Next, sign up for a free trial with ImageEngine. There will also be a short setup wizard during which you will:

  1. Provide ImageEngine with the website where your images will be delivered.
  2. Supply your image origin (in this case, your Cloudinary web folder). For now, you can only add the Cloudinary, e.g., res.cloudinary.com.
  3. Get your ImageEngine image-serving domain, e.g., {randomstring}.cdn.imgeng.in

When in your ImageEngine dashboard, you’ll see this domain listed under “Engines” as well as an entry for Cloudinary under “Origins.” Edit the latter and under “Advanced,” add your Cloudinary folder to the “PATH” field.

That’s it, you should now be able to store and manage images via Cloudinary and serve them via the ImageEngine CDN.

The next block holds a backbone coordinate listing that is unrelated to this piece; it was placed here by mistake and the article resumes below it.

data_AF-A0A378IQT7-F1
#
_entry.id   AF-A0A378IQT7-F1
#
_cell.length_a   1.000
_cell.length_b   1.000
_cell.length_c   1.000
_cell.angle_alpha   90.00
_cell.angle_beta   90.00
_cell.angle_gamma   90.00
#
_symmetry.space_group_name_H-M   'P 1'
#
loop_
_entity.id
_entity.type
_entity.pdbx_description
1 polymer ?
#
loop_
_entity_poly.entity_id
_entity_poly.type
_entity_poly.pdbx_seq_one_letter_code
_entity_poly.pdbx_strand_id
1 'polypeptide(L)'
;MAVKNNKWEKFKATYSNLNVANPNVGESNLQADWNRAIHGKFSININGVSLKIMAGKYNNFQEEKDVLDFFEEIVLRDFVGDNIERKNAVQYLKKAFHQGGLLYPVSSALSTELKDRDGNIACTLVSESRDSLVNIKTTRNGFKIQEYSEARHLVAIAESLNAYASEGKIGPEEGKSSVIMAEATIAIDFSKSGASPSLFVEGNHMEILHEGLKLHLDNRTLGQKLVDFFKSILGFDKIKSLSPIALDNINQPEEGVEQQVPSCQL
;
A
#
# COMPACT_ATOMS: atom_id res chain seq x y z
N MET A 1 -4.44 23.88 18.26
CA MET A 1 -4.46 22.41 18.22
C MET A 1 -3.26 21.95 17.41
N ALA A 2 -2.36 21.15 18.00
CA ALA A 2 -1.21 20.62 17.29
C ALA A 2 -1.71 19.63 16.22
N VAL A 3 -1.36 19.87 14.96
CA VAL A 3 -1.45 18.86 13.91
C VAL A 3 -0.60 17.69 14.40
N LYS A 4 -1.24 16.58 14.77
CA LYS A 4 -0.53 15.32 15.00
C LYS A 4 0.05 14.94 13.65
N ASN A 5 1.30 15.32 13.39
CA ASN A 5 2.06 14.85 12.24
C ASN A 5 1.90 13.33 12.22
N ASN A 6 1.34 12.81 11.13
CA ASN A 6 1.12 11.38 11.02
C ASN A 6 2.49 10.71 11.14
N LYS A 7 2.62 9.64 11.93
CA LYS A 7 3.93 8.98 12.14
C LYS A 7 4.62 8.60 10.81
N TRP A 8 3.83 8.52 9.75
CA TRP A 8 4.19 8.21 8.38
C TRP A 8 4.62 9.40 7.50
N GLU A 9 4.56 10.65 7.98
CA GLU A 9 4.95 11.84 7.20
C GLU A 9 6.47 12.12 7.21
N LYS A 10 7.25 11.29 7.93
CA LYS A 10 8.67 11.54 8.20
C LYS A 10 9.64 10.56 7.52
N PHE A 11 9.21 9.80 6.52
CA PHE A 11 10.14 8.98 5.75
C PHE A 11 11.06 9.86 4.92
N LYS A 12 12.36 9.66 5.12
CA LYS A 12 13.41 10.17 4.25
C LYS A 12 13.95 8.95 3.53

Dynamically Loading Specific Image Variants

Let’s take a look at a use case for loading different transformations of individual images on your site. This example will showcase how you can use Cloudinary’s advanced image editing tools to transform images while still reaping the optimization rewards of using ImageEngine as your image CDN.

A popular practice today is to use rounded images for team, client, or profile portraits. Using Cloudinary, you can load this transformation using the following URL:

https://res.cloudinary.com/myimages/image/upload/w_400,h_400,c_crop,g_face,r_max/w_200/profile.jpg

This will resize the image to 400 by 400px, focus on the face, and apply the maximum amount of radial cropping around it – to a width of 200px.